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Author: admin, 07.07.2015. Category: Organic Fertilizer

The Mott Haven Herald has reported that a gourmet market will be taking residence at Boricua Village some time this year.
He goes on to tell the Herald that the market will offer Melrose residents and Bronxites alike, access to the same quality of food that other more affluent areas of the city already enjoy.
The Mott Haven Herald quotes DeVon Prioleau as saying that, “The Bronx can ill afford another liquor store or sneaker store,” but can the poorest congressional district in the country ill afford to pay extra for quality?
Perhaps the solution to this quandary is that another high end market opens up in the neighborhood as to foster competitive pricing?
The Best Italian Gourmet Food Products Many Italian food products are the unique result of being finely honed over centuries.
Further south, sheep milk is used to make pecorino, an aged cheese that is further divided into Romano, Toscano and Sardo. Some of the most eagerly eaten Italian gourmet products include their salumi, meats preserved by salting, drying or smoking. The other category that salumi fall into is made from small pieces of ground or chopped meat, usually enclosed in casings. Condimenti are a class of Italian gourmet products that cover sauces, preserved produce and many kinds of seasonings. One of the more unusual Italian food products found in Italy is mostarda di frutta, a mustard flavored candied fruit often served with bollito misto (a boiled supper with assorted meats) or to flavor winter squash and cheese filled pasta.
Fresca Gourmet Market, according to developer DeVon Prioleau, will feature over 4,000 items that reflect the neighborhood’s different ethnicities. Yesterday, the Huffington Post reported that a growing number of Americans can not afford food. Food from the twenty regions of Italy have many distinct differences, but what all of them have in common is an uncompromising commitment to quality.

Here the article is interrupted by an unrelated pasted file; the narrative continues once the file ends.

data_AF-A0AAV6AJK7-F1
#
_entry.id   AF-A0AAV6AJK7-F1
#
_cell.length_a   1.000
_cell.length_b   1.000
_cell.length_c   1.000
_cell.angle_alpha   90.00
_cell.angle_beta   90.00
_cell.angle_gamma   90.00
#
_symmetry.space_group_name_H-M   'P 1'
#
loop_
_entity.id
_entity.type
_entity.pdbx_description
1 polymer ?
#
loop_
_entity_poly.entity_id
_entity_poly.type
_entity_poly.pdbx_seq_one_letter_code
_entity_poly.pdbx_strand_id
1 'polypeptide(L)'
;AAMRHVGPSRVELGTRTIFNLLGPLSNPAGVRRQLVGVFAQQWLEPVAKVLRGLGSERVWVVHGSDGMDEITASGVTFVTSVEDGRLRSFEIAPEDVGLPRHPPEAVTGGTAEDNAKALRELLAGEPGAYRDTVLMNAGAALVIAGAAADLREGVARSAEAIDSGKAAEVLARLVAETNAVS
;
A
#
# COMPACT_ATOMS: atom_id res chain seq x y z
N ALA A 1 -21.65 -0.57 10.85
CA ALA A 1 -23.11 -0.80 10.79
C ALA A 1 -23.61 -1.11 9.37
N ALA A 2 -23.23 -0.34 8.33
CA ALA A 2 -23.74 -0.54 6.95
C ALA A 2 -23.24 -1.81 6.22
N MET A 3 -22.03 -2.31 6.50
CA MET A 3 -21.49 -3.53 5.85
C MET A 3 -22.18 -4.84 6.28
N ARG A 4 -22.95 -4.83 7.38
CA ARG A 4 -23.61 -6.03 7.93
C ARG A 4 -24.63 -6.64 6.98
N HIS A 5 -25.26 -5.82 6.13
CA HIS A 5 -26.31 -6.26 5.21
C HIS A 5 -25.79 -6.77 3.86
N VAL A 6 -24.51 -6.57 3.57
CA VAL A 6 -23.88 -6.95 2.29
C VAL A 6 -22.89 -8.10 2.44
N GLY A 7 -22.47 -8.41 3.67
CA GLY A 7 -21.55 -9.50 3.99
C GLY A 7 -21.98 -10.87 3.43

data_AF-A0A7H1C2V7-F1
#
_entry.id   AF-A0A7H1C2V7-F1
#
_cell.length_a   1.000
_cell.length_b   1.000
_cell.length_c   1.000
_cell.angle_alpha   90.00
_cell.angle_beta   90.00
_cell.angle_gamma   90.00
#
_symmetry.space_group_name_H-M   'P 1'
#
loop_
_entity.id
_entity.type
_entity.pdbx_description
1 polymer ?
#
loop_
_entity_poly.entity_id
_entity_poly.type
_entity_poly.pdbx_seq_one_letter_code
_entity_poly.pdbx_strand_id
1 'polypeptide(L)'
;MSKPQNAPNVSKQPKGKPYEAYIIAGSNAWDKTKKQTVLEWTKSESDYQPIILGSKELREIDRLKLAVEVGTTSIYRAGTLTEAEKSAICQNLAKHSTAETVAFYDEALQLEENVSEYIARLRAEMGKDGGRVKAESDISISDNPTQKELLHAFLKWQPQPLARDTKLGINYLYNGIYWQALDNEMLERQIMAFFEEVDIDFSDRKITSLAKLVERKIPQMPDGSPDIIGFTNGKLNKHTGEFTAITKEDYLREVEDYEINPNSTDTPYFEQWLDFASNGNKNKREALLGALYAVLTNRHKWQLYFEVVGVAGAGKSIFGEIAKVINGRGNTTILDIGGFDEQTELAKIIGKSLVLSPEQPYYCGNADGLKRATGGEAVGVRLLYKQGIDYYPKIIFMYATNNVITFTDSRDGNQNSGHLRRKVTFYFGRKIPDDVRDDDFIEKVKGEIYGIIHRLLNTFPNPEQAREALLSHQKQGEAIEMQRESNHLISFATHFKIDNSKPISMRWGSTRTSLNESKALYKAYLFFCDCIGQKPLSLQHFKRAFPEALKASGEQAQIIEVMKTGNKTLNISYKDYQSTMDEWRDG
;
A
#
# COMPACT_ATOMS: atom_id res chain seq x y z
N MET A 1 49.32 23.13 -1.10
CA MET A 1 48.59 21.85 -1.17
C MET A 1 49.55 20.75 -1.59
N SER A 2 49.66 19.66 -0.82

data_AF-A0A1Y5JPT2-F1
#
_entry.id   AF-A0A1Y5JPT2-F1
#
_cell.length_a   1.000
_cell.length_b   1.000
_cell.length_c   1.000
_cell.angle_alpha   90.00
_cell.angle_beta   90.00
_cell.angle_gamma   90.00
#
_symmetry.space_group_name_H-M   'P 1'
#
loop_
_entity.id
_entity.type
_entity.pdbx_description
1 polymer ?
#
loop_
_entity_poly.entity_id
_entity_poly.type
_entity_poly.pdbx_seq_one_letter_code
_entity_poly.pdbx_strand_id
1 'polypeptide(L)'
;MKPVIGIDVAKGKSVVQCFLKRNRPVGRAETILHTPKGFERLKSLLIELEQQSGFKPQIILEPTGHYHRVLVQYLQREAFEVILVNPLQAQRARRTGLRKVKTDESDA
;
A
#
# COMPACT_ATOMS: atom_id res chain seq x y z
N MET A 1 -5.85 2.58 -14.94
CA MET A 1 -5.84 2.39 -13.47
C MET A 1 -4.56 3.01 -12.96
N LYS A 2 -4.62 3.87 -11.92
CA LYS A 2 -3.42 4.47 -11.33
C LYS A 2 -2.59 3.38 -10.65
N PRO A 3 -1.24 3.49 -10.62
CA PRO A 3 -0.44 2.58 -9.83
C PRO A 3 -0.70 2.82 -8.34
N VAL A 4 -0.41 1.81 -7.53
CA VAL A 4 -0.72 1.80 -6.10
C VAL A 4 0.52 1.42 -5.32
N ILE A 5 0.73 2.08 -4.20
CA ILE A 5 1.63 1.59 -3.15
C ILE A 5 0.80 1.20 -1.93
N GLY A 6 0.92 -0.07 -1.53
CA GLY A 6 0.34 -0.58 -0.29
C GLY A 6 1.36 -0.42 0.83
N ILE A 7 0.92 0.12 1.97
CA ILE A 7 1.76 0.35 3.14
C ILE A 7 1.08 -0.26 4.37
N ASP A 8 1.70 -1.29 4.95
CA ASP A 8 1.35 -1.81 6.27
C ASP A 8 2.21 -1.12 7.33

The majority of types of salumi are made from pork, though beef, game and poultry can be preserved as well. Italian various type of sausages, but also larger insaccati, such as mortadella or salame, are good examples of these meats. Tender mushrooms, vegetables and seafood can be preserved in olive oil, brine or vinegar and canned to use in antipasti or for cooking. The most valuable variety is the Tuber magnatum, or white truffle, found in Piedmont in the autumn or early winter. The shortgrain rice is cultivated to stay firm while simmering for extended periods of time. Gelato is a dense, rich frozen dessert that is often flavored with nut pastes or local fruits. Well known Italian pastry includes panettone, amaretti cookies, savoiardi (ladyfingers) and almond biscuits called cantucci. A staggering almost 1 in 5 individuals said they couldn’t afford to feed everyone in their family and fact is that this number is much higher in our neck of the woods. One third of Italy’s cheese is in the grana family, including Parmigiano Reggiano and Grana Padano.
The most beloved of these salumi are prosciutto, usually from Parma or Friuli, but other pork specialties, such as prosciutto cotto (cooked ham), lardo or pancetta (the Italian take on bacon), are also popular.
Sweet jams and jellies and canned tomato products fall into this category, as do dried spices, fresh pesto and even aceto balsamico, a locally made sweet vinegar aged for over a decade in wood barrels.
These rare Italian food specialties are usually available only locally, though a few manage to be exported at exorbitant prices.
Most of this oil comes from central and southern Italy, though a few places in northern Italy grow olives.


Arborio is preferred for risotto by many cooks, though Baldo, Carnaroli and Vialone Nano are also used for this classic Italian dish. Famous candies from Italy include gianduia, a chocolate flavored with hazelnut paste, an egg white and nut nougat called torrone, and marrons glacés, whole candied chestnuts. Other foods remain hidden treasures, as the harvest size or short shelf life may preclude exporting. Extra virgin olive oil, made from the first pressing of the hand picked green olives, is the most flavorful.
Other Italian cheeses from northern Italy include buttery Fontina, Asiago, Taleggio and the luscious blue Gorgonzola.
The climate where the olives grew and methods of extraction give subtle differences to the flavor of the oil.
Modern technology, including freezing and vacuum packaging, have extended shelf life, making it possible to produce commercially. Without stepping on to a plane, it is possible to experience many of the Italian gourmet products. This fruity green oil can be used raw as a condiment or used for cooking Italian sauces, vegetables, seafood, meat or soups. Other fresh cheeses include ricotta, made from gently cooked whey, and mascarpone, which is made by culturing full fat cream.



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